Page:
Patient Test Information

Prenatal Group B Strep Screening

Also known as:

Group B Beta-hemolytic Streptococcus; Group B Streptococcus; Group B Strep; GBS; Strep Group B; Beta-hemolytic Strep Culture

Formal name:

Prenatal Group B Streptococcus Screening

Related tests:

Urine Culture; Gram Stain; Susceptibility Testing

Why Get Tested?

To screen a pregnant woman for the presence of group B streptococcus (GBS) to determine the risk that she will pass the bacteria on to her newborn, possibly resulting in a serious infection

When to Get Tested?

When a pregnant woman is between 35 and 37 weeks of gestation or has preterm labor or preterm premature rupture of membranes

Sample Required?

A culture swab obtained from the vagina and rectum of a pregnant woman; a urine sample collected anytime during pregnancy may be used to detect significant numbers of GBS.

Test Preparation Needed?


How is it used?

A prenatal screening test for group B streptococcus (GBS) is used to detect the presence of this bacteria in the vagina or rectum of pregnant women. About 25% of pregnant women are colonized by GBS. Screening is used to determine the risk that they will pass the bacteria to their newborns during birth, possibly causing a serious infection.

The Centers for Disease Control and Prevention (CDC) released updated recommendations in 2010 for the prevention of perinatal group B streptococcal disease. The guidelines outline procedures for the universal screening of pregnant women at 35 to 37 weeks gestation to detect GBS colonization. The report also provides details on the recommendation for antibiotic treatment during labor for those who are colonized in order to prevent early-onset GBS disease in newborns. The guidelines contain provisions for:

  • Screening all pregnant women for vaginal and rectal GBS colonization at 35 to 37 weeks gestation unless GBS has already been isolated from a urine sample during the pregnancy or the woman has had a previous infant with invasive GBS disease; in these circumstances and when GBS is positive, the woman should be treated with antibiotics during delivery.
  • Testing of those who have preterm labor and/or premature rupture of amniotic membranes at less than 37 weeks gestation; those whose membranes have ruptured more than 18 hours previously are at an increased risk for GBS.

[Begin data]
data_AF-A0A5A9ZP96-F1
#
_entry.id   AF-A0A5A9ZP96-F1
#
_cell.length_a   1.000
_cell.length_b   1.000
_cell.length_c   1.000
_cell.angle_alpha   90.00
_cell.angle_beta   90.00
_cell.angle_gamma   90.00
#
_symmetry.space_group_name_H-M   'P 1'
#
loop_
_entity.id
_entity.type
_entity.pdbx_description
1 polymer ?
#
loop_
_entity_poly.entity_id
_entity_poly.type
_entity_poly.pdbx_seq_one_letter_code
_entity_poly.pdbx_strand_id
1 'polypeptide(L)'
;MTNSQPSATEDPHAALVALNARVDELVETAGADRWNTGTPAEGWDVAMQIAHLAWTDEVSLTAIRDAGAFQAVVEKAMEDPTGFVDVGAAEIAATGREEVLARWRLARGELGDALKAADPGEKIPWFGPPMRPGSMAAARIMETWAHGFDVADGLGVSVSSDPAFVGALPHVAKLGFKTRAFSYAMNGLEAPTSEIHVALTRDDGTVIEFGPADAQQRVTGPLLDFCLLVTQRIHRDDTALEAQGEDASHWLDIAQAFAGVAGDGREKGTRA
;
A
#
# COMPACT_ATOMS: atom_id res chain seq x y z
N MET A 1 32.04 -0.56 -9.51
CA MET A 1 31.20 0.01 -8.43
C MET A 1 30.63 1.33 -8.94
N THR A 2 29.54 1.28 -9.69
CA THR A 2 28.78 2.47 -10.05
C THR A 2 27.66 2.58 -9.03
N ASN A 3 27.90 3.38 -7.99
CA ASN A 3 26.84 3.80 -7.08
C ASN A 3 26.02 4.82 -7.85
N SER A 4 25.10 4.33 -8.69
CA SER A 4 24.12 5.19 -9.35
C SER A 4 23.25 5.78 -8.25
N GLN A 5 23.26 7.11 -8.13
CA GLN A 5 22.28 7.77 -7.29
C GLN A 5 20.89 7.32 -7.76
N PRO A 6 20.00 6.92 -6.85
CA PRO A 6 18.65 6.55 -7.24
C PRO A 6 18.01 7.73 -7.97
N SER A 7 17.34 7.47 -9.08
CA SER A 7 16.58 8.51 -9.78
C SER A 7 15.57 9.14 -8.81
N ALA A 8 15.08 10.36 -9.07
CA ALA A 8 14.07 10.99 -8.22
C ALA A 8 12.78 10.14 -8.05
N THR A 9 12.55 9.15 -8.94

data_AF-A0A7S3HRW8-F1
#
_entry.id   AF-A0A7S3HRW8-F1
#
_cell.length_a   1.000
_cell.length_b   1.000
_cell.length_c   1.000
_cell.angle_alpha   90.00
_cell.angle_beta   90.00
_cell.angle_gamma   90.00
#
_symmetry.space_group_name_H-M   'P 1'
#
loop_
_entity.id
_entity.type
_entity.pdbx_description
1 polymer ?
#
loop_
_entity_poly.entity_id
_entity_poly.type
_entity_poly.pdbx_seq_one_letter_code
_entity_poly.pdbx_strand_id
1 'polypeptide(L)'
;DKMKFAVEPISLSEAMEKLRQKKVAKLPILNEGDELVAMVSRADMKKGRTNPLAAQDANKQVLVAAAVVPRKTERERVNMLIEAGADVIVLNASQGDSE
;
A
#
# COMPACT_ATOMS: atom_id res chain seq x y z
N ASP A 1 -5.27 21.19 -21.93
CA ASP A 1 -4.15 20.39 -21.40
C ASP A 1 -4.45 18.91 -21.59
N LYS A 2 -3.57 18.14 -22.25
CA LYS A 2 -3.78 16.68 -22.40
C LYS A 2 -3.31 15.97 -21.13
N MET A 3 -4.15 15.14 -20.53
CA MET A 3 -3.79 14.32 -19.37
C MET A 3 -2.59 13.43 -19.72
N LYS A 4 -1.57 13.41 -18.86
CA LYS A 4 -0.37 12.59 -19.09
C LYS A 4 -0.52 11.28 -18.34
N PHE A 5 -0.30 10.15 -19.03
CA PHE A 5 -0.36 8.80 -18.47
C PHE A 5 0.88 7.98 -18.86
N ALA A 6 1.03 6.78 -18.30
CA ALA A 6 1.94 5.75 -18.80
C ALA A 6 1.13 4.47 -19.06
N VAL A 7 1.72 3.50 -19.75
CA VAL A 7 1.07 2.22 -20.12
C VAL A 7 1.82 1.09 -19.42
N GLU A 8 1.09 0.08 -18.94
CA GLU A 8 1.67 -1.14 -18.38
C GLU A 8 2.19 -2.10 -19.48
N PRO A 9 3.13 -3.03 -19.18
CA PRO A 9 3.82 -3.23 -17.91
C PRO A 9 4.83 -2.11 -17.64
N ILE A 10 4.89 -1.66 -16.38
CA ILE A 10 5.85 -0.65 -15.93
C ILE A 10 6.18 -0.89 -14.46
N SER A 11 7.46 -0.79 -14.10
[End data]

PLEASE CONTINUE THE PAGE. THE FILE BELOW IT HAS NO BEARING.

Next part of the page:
• Identifying significant quantities of GBS in the urine of asymptomatic pregnant women.
  • Observing newborns for signs of sepsis and testing (culture of the infant's blood or spinal fluid) and treating them promptly.

Guidelines from the CDC also expanded the methods used by laboratories to process samples for GBS screening in order to improve detection. Recommendations include the following:

  • The recommended test for prenatal GBS screening is a culture of the vagina and rectum. For this test, a swab of both sites is placed into a selective enrichment broth, which encourages the growth of any GBS present. After the bacteria have been grown and isolated in culture, additional tests will be performed to confirm the presence of GBS. The updated guidelines offer alternative identification tests to enhance detection of the bacteria and to decrease the turnaround time to obtain the final results. In certain instances, molecular tests that detect and identify the genetic material of the bacteria may be employed.
  • Current molecular assays performed directly on the vaginal/rectal swab without an enrichment step are not as sensitive as culture. Therefore, these molecular tests are not recommended for routine screening of women in their 35-37th week of pregnancy and who are not yet in labor. Molecular testing of the vaginal/rectal sample is permitted to be used to screen women who are in labor and have no record of prior testing for GBS and who have no obvious risk factors for the disease. Some factors that can increase risk include premature labor, fever, or prolonged rupture of membranes.